Written by Sarah Dougan and Sara Williams
The Student Government Association’s panel on immigration issues Wednesday, Dec. 3 encouraged system reform and action from the church, with panelists emphasizing the personhood of immigrants.
“Immigration is an issue, but immigrants are people,” said panelist Dr. David Drury, who is the Chief of Staff to Dr. Jo Anne Lyon in the General Superintendent’s Office of the Wesleyan Church.
Later on in the forum, Drury added, “I don’t know a lot of people who know people who are undocumented and do not have compassion for their situation.”
Dr. Brian Fry, a panelist from the Sociology department, also said change must be made because people are coming, and will continue to come “so long as you have economic disparity between the United States and Mexico.”
The average wage for a worker goes from $6 to $8 when workers move from Mexico to the US, according to Dr. Tom Lehman, an economics professor here at IWU who also served on the panel.
Fry went on to say, “As someone builds a 10-foot wall, people build a 11-foot ladder.”
According to Dr. Tom Lehman, 10 percent, (around 30 million people), living in the U.S. are foreign-born. Of these foreign-born U.S. residents, 10 million are undocumented, and of these undocumented individuals, 5.6 million are Mexican.
Panelists also brought up how immigration is not only a problem in the U.S. but also in other countries, including Mexico. In Mexico, as many people are leaving as are coming in from other South American countries, according to Drury.
Both Fry and Lehman said with immigration, the benefits on the economy outweigh the negatives. Lehman said most of the jobs Americans are either under or overqualified for are taken by immigrants.
Panelist Raleigh Macon (so) stated there are only 5,000 low-skill visas issued by the U.S. for the entire world per year. Lehman pointed out even though immigrants don’t pay income tax, they do still pay other ones, such as sales taxes and property taxes.
The common statement toward immigrants of “they should just wait in line along with everyone else” was also discussed by the panel members.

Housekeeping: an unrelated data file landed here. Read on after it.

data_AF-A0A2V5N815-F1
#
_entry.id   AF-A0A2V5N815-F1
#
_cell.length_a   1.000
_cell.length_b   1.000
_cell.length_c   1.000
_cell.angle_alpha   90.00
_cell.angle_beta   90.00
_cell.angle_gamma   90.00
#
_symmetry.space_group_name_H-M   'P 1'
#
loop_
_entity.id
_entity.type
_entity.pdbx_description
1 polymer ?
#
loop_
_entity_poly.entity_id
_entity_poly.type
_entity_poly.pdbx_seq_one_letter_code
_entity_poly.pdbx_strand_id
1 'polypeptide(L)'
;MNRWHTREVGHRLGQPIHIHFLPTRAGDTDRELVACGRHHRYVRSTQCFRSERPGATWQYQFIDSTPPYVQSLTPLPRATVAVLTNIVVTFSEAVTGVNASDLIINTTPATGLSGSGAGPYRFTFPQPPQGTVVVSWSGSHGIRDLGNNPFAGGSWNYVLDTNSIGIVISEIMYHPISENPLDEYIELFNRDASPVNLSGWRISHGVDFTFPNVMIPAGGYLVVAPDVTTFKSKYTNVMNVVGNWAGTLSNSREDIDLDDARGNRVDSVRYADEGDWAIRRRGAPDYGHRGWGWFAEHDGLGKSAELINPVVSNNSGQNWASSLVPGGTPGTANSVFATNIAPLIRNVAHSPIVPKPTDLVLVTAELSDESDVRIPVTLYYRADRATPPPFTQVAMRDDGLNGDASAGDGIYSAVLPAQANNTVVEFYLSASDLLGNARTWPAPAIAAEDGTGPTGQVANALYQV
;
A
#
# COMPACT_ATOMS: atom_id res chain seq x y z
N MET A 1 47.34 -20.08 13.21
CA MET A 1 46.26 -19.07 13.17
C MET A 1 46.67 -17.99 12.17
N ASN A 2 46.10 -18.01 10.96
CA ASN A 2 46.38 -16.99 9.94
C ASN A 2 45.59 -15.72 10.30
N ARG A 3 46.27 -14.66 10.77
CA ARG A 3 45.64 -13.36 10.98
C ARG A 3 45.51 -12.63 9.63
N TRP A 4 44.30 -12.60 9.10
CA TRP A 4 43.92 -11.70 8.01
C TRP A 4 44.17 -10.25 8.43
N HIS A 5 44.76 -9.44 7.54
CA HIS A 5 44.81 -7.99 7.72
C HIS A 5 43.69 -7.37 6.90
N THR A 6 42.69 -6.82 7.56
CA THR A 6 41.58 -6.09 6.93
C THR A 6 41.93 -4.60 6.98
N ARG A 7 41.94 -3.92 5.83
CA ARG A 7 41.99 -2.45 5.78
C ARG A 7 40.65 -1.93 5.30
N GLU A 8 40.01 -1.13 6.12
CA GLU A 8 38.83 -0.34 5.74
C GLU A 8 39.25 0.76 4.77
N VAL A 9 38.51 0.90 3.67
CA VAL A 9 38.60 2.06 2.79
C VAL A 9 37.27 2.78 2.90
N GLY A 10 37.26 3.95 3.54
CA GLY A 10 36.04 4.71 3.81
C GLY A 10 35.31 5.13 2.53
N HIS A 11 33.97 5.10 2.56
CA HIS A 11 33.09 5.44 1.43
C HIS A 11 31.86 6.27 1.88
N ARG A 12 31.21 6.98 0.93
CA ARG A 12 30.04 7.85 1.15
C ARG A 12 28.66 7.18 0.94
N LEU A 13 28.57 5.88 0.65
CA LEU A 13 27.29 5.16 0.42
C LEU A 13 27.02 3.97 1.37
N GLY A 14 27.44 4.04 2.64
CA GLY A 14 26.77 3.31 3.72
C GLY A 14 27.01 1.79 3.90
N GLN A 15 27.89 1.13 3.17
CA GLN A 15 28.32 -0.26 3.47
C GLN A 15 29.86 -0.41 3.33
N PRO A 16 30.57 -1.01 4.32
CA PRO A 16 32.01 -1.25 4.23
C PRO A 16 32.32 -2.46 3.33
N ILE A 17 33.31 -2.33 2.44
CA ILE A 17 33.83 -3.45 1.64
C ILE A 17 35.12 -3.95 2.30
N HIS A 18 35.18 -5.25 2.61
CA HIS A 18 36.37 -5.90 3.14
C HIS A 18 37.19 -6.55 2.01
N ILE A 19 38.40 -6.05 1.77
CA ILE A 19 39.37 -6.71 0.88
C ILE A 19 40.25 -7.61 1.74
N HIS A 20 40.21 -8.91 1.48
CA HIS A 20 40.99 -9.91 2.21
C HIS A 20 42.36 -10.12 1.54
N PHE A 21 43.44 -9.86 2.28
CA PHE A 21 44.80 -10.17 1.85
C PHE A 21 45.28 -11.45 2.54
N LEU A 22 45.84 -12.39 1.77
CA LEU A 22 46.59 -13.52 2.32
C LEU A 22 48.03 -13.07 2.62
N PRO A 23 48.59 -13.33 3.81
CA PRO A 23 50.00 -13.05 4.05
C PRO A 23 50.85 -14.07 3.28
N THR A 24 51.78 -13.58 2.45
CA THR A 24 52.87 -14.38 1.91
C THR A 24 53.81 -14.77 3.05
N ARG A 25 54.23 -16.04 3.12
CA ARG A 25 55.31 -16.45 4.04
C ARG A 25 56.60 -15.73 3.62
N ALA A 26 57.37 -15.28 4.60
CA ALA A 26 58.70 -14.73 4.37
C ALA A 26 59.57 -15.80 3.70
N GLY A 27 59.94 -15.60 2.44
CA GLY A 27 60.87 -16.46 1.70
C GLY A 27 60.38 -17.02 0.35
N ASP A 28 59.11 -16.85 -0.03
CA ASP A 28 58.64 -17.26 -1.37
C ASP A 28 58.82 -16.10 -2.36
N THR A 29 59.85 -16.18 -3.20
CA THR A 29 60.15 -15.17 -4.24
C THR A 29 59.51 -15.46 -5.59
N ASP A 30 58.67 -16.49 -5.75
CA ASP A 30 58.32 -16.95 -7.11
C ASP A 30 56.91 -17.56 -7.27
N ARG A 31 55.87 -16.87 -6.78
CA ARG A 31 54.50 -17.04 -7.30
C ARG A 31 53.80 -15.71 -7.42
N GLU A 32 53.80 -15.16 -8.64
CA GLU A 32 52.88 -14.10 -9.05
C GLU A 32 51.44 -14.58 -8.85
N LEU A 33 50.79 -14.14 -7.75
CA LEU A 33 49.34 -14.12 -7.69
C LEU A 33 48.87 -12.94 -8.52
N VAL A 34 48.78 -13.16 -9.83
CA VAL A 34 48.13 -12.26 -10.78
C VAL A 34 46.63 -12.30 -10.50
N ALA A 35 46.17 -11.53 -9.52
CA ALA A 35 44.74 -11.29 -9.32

Fry said the waiting list for legal migration can take more than 35 years. Macon added, “This morning as we were in class” the visa applications reviewed were from 1991.
Because the waiting list for legal immigration is so long, immigrants are willing to risk more dangerous means of arriving in the US, hiring coyotes who can charge thousands of dollars to smuggle immigrants illegally, according to Macon.
She also stressed how undocumented immigration through any means, using coyotes or otherwise, is very dangerous. An estimated 1,500 to 3,000 die in the U.S. each year, though the exact number is not known, since many bodies are lost or unidentifiable.
Though many panelists agreed the system is broken — or “antiquated and outdated” according to Liz Dong, Assistant Field Director at Immigration Table for World Relief — there were some disagreements as to what these changes should be, specifically concerning how tightly the border should be secured.
Fry said he believes in a regulated border, but a better, more organized and open system. He thinks this is better for everyone, including immigrants.
In response, Lehman said “I want the borders as open as possible. I want to go back to the Ellis Island days,” citing Emma Lazarus’ poem “The New Colossus,” which describes the U.S. as not only for the “best” immigrants, but also a beacon of hope to the “huddled masses yearning to breathe free.”
The panel members also discussed the religious implications of immigration within the church.
Dong said over 80 percent of immigrants are believers and “brothers in Christ.” Macon said, from personal experience, most of the undocumented immigrants she knows are driven by 1Timothy 5:8, which says: “Anyone who does not provide for their relatives, and especially for their own household, has denied the faith and is worse than an unbeliever.” (NIV)
Fry said 40 percent of immigration is in some way family driven.
According to Macon, only around 1 in 10 people in protestant churches are making an effort to reach out to the immigrant population. She went on to say she believes reaching out immigrants is part of the Great Commission. She said the church was sent to the nations, but now the nations have come to the American church.
During the talkback portion of the panel, students asked ways in which individuals and the church can become involved in the issue of immigration.
Dong called for unification in the church about helping immigrants by saying, “If our laws are causing people to live in shadows … we should care about that.”
Dr. Drury mentioned the Wesley Seminary is hosting a class in May 2015 aimed at the issue of immigration and how the church can become an advocate for change.